Peter Dutton is confident he can hold his marginal seat of Dickson, which he’s held for 18 years, and one of several Queensland seats that Labor hopes to win in Saturday’s federal election.
The home affairs minister is in the fight of his political life as he duels for votes with Labor candidate Ali France.
“Get Up and Labor have thrown a lot of mud,” he said, while talking to voters and LNP volunteers at the polling booth at Strathpine West State School.
“This is always going to be a very tight seat. And we’ve worked very hard, obviously, in 2007, we won by 217 votes.
“And we have, from GetUp, seen vicious personal attacks and I’ve got to say, I’ve been stopped by countless people, saying they weren’t going to vote for me, but they got a knock on the door from an aggressive GetUp person, and they were quite rattled by it, and told the GetUp person to leave the house, and are now voting for me,” Mr Dutton said, later speaking to reporters at length.
“So we’ve countered that and we’ve had a really strong campaign.”
Mr Dutton’s seat is one of several Queensland seats held with a margin of less than two per cent, along with Capricornia (0.63), Forde (0.63) and Petrie (1.65).
He started his campaigning in his northwestern Brisbane seat with a gaffe when he claimed Ms France was using her disability as an “excuse” not to move into the electorate.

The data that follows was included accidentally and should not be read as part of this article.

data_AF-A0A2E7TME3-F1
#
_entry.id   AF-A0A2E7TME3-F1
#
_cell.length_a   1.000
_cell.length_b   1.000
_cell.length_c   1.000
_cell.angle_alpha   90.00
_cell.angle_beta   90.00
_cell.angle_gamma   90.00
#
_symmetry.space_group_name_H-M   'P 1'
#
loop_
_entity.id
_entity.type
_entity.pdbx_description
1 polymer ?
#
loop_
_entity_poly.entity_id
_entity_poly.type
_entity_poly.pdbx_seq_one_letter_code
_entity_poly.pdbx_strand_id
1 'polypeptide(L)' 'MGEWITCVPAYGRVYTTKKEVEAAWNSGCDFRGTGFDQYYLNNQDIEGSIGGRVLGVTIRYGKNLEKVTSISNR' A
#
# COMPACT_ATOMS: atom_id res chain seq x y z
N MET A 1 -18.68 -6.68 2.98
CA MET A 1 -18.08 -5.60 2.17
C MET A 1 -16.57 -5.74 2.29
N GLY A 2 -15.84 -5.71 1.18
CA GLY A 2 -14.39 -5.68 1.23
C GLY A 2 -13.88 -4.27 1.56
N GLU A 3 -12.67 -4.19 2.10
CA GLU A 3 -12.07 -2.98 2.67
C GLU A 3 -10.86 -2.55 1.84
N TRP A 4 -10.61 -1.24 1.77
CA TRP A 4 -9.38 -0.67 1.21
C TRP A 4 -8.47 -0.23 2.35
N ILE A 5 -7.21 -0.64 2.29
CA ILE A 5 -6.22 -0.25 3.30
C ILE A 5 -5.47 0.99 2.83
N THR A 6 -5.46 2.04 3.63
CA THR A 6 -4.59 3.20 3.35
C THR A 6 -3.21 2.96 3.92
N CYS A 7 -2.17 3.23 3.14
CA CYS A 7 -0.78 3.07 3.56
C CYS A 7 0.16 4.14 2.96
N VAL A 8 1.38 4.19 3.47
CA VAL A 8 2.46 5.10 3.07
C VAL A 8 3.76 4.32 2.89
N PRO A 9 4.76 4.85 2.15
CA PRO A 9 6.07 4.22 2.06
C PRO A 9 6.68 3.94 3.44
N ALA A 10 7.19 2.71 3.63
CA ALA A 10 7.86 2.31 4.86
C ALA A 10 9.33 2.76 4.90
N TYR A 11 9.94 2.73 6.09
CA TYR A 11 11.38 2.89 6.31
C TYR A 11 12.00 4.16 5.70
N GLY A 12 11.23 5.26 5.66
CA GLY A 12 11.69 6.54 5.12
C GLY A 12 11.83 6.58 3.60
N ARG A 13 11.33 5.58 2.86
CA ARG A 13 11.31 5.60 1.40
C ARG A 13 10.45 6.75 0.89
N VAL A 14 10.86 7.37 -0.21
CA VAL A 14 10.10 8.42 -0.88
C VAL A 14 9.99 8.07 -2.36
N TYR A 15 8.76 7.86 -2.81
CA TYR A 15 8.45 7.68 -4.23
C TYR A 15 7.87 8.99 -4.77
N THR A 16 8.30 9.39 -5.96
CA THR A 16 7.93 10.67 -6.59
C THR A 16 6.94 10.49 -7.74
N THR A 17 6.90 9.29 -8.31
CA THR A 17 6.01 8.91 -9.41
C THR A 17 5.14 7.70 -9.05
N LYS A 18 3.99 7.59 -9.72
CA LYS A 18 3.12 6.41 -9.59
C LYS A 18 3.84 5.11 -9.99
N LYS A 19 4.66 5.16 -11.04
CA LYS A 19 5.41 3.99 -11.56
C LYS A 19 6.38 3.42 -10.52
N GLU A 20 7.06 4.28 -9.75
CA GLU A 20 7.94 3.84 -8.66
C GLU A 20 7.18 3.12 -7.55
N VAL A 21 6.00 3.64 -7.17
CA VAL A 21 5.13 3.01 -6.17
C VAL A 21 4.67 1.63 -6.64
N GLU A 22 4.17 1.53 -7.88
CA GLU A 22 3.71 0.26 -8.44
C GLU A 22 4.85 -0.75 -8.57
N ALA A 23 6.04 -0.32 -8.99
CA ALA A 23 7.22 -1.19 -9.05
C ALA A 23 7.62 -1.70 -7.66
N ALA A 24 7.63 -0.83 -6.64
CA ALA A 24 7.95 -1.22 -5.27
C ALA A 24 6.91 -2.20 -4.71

He denied those comments would sway voters on Saturday.
“On the booths, people haven’t raised it. People are interested in their own circumstances and in some cases, their own circumstances and the future of the country.
“People, I think predominantly in this election, it’s been a significant contest between Scott Morrison and Bill Shorten,” he said.
Ms France voted earlier on Saturday, saying she is just glad that polling day has arrived.
“To finally be here today everyone is really excited,” she said.
Further north, LNP incumbent Ken O’Dowd’s huge central seat of Flynn looks likely to fall to Labor’s Zac Beers.
Elsewhere in the state, the LNP should stave off the electoral bloodshed expected south of the border and pick up the ultra-marginal seat of Herbert following a blitz of regional electorates by Prime Minister Scott Morrison.
Former serviceman and 2018 Queensland Young Australian of the Year, Phillip Thompson, is tipped to win Herbert for the LNP from Labor’s Cathy O’Toole, who holds the seat by 0.02 per cent following her 2016 win by 37 votes.
The Senate race will also be hotly contested, as voters hit the polling booths following Clive Palmer’s $50 million advertising splurge in his bid to return to federal parliament.
One Nation’s Malcolm Roberts is also hoping to return to the Senate, but voters may be wary following the scandal over the party’s links to the US gun lobby.
Greens senator Larissa Waters should have enough support to keep her seat but controversial far-right senator Fraser Anning is unlikely to win.